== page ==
"The Path is a Slow Game," its makers warn, and perhaps that should have scared me off, for I am a Slow Gamer. It's not merely that I'm dunderheaded. I'm also a plodding, open-mouthed, rose-smelling completionist. Games that others play through in five, 10, or 40 hours routinely require 10, 20, and 80 hours of my time. So when The Path's designers, Auriea Harvey and Michaël Samyn of the Belgian game company Tale of Tales, predict that players will need "about six hours" for "a satisfying experience," I should have anticipated that I would need more than 12 just to get an alternately frustrating and curious one, and that it would take me seven hours just to figure out what in the name of all that is holy I was supposed to do.
I would have handed over my $10 anyway, just for the chance to download and play the current It Game of the game blogosphere, the title that the Brainy Gamer's Michael Abbott called "a small milestone in the evolution of an art form." And I might even recommend that you do it, too. I can't tell you that The Path is worth playing in its own right, and I wouldn't call it a milestone by a long shot. But the game is pleasingly weird and a good proof of concept that a video game needn't include any fighting or puzzles in the course of telling a story (something I'd like to see more of). It is also, however, an even better demonstration of the reality that every kind of game requires smart design, intuitive controls, and an easy-to-understand user interface to communicate its vision to its players.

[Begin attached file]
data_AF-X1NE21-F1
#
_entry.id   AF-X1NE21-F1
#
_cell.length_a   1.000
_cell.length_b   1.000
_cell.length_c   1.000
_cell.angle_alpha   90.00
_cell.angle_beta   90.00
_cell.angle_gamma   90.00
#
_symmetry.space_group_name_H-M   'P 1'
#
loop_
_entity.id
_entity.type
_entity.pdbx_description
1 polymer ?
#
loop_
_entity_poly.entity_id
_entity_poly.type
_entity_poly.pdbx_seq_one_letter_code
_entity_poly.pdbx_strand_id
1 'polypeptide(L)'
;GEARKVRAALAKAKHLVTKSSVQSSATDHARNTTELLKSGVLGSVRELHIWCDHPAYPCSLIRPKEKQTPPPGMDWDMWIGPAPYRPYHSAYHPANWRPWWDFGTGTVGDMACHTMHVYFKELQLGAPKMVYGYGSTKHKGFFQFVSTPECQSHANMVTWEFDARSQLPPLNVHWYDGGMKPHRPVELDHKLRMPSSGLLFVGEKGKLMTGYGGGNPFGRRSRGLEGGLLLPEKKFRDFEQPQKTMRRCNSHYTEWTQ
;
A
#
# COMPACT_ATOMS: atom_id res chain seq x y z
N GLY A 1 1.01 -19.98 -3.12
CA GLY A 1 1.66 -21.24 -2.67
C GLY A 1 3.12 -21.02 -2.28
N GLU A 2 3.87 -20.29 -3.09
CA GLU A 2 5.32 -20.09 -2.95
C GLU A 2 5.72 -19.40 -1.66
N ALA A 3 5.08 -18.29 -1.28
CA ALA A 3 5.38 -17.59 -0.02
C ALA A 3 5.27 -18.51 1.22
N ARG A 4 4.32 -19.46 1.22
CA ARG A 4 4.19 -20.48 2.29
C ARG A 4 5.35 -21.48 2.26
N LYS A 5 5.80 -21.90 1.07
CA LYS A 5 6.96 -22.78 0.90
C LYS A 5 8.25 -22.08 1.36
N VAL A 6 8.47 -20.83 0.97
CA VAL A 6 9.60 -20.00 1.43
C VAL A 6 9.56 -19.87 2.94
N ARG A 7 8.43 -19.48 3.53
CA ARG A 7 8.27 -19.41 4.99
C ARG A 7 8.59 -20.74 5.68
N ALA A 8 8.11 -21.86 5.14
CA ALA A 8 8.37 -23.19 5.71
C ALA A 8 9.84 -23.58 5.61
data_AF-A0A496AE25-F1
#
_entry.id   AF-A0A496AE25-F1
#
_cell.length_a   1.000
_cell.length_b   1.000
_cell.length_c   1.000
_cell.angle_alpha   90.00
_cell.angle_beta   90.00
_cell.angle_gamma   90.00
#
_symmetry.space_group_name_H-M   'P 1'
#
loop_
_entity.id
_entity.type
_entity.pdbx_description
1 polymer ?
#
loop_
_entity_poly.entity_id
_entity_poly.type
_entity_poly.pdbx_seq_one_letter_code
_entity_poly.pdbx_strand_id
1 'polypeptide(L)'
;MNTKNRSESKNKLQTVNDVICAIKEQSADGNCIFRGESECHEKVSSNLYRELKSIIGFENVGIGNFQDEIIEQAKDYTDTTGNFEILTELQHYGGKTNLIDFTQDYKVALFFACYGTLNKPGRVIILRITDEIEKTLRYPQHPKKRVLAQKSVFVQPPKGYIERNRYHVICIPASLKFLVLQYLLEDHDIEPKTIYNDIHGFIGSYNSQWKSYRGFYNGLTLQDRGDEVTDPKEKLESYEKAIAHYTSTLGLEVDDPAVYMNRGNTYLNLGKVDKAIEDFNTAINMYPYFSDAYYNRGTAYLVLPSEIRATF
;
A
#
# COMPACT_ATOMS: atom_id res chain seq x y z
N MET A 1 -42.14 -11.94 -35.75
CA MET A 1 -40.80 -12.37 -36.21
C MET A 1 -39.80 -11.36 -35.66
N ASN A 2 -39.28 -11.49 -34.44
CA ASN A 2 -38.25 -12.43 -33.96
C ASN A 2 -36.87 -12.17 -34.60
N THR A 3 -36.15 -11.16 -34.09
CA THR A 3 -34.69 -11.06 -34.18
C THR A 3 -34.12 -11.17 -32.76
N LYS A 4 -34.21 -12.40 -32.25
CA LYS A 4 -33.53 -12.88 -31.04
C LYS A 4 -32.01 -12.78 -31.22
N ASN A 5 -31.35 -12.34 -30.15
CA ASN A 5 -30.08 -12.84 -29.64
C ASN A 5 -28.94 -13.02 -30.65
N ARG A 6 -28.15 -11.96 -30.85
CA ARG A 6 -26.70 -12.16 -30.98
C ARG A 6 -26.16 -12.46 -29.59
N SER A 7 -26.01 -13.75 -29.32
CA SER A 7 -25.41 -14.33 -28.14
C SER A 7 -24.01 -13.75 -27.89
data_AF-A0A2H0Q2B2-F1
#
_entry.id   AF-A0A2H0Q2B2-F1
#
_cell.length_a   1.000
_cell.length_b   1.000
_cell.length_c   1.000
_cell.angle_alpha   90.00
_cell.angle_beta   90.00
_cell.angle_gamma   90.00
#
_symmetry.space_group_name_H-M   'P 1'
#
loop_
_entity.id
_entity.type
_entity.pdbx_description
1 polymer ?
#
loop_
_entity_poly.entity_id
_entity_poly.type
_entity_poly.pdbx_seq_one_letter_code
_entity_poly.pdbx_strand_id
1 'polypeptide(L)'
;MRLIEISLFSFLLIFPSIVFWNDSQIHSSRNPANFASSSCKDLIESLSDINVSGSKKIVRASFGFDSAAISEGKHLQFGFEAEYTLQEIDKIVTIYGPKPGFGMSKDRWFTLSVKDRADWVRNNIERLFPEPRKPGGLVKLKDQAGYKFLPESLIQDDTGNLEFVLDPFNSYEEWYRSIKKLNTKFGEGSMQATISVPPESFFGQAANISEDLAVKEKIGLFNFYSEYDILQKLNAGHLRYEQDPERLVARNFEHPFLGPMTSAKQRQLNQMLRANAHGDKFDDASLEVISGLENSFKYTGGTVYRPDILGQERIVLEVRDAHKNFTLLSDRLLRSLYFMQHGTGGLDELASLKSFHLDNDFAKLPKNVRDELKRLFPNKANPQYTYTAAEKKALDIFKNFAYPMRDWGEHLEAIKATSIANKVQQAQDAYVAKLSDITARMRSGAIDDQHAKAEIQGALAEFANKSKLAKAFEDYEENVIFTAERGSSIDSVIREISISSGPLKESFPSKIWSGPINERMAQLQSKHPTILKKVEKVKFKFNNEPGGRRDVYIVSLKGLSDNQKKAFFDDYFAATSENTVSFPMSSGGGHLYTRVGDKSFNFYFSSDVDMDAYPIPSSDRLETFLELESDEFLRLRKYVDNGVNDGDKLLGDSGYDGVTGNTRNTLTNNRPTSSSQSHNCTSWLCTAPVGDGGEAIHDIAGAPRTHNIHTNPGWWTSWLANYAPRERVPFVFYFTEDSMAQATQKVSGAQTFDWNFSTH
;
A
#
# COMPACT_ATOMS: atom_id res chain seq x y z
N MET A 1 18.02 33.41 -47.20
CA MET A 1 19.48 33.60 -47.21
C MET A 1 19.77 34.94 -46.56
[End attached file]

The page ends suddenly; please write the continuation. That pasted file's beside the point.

The Path begins in a red room—from walls to carpet—with a single white door. Six girls are positioned around a black table beneath a slow, circling ceiling fan. Ginger rests cross-legged on the floor while Rose sits in a chair and pets a white bunny that is sitting in her lap. Robin, the youngest, plays with a toy car. Scarlet gabs on a phone attached to the wall, Ruby reads a book, and Carmen admires herself in the sunlight that cascades through a window. A mysterious sound—is it rain? The clamor of a nearby train or subway?—fills the room.
A yellow basket can be moved about the room to begin each girl's journey. Once chosen, each character begins The Path in a mysterious forest, beyond a shrouded cityscape, with a single instruction: "GO TO GRANDMOTHER'S HOUSE … AND STAY ON THE PATH." Doing as the game tells you, however, results in a message: "FAILURE!" Only by exploring the woods can each girl find "SUCCESS!" in the form of her "wolf." The animations are beautiful. The music can be chilling. The words and images grow increasingly disturbing, and sometimes sexual, though opaque. When it's all over, there's a lot to think about, which turns out to be a more enjoyable exercise than actually playing The Path.